“It’ll be gone by June.” Of all the famously inaccurate predictions, Variety magazine’s verdict on the new fad of rock’n’roll music in 1955 is one of my favourites. Of course, with the gift of hindsight, many seemingly obvious forecasts of the future can turn out to be embarrassingly wrong, and journalists are no more immune to missteps than anyone else.
But when the government starts making seemingly wrong-footed predictions, it’s time to get concerned. Because when those in power give their visions of the future, it’s more than just talk – it’s the basis for action.
Take English chief pharmaceutical officer Keith Ridge’s assertion last September that hub-and-spoke dispensing will become capable of handling two-thirds of the country’s prescriptions. Whether or not you believe this is logistically possible, the government’s confidence that the model will allow pharmacies to “become more efficient and innovative” seems to underpin its brutal plans to “phase out establishment payments” for contractors, even if this results in up to a quarter of England’s pharmacies going out of business.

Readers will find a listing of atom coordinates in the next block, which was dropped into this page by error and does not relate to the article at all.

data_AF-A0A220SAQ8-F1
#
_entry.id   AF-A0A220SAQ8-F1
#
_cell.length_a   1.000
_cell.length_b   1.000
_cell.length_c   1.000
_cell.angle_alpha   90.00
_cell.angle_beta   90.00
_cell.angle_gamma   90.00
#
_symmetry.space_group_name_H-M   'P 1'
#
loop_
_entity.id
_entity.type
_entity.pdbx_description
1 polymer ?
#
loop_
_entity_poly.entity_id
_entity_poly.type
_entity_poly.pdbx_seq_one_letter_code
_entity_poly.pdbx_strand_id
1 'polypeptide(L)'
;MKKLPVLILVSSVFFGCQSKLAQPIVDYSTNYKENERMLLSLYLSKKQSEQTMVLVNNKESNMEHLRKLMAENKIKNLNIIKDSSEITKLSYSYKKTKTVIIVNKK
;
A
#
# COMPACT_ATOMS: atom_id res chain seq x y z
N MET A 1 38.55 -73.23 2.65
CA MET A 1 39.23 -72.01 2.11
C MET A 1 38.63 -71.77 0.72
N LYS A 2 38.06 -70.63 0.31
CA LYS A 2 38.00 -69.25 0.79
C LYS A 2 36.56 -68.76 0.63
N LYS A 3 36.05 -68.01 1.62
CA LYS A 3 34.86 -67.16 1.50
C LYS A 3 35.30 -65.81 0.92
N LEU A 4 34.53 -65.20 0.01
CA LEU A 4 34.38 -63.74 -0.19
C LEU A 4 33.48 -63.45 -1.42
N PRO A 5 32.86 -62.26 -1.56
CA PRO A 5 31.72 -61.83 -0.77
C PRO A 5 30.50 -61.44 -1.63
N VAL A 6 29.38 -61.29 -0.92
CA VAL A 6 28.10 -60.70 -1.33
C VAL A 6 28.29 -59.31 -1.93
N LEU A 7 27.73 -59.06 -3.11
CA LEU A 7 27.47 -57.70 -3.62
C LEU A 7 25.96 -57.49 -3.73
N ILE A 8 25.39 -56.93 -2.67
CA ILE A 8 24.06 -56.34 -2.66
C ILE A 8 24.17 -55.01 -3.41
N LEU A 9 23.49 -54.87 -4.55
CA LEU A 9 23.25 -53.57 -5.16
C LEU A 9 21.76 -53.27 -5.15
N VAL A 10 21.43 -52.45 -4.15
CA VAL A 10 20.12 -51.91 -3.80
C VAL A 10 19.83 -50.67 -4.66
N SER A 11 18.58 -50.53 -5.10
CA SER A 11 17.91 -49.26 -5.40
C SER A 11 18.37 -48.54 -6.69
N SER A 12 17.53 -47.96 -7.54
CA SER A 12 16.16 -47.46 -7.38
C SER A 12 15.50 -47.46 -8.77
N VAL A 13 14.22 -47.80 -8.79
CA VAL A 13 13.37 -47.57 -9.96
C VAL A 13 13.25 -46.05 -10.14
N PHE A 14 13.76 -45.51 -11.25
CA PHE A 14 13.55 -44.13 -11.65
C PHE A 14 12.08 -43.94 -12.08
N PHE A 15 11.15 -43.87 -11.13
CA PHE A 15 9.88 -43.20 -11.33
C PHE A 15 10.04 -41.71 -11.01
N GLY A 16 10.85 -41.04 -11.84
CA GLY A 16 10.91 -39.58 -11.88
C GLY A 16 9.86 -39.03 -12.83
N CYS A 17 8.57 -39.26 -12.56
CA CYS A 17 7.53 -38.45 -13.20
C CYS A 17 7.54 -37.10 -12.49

When we asked a team of pharmacy experts for their predictions of the coming year, it’s no surprise that dispensing hubs warranted a mention alongside the decriminalisation of dispensing errors, greater unity among pharmacy bodies and a lack of funding for services. But somehow I’m unsurprised that none of them predicted that, by the end of the year, all contractors will be profitably running their own automated dispensing hubs. Even Boots, which launched its own variation on the hub model back in 2014, seems distinctly lukewarm about its widescale use.
We live in a technological age, and have become used to expecting new developments in computing and robotics to solve the inconveniences of everyday life. Hub-and-spoke dispensing may have some logistical benefits, and can free up pharmacy teams to spend extra time with patients.
But, as those operating the model are keen to point out, it will not make up for a looming funding shortfall. In fact, there seems to be absolutely no evidence to suggest centralised dispensing hubs will be an effective cost-saving measure for independent pharmacies – even if the government is successful in amending the law so they can legally operate them.
And if hub-and-spoke doesn’t turn out to be the panacea to cure pharmacy’s financial woes, then my prediction is that both pharmacists and patients could be in serious trouble.
James Waldron is editor of C+D. Email him at [email protected] or contact him on Twitter at @CandDJamesW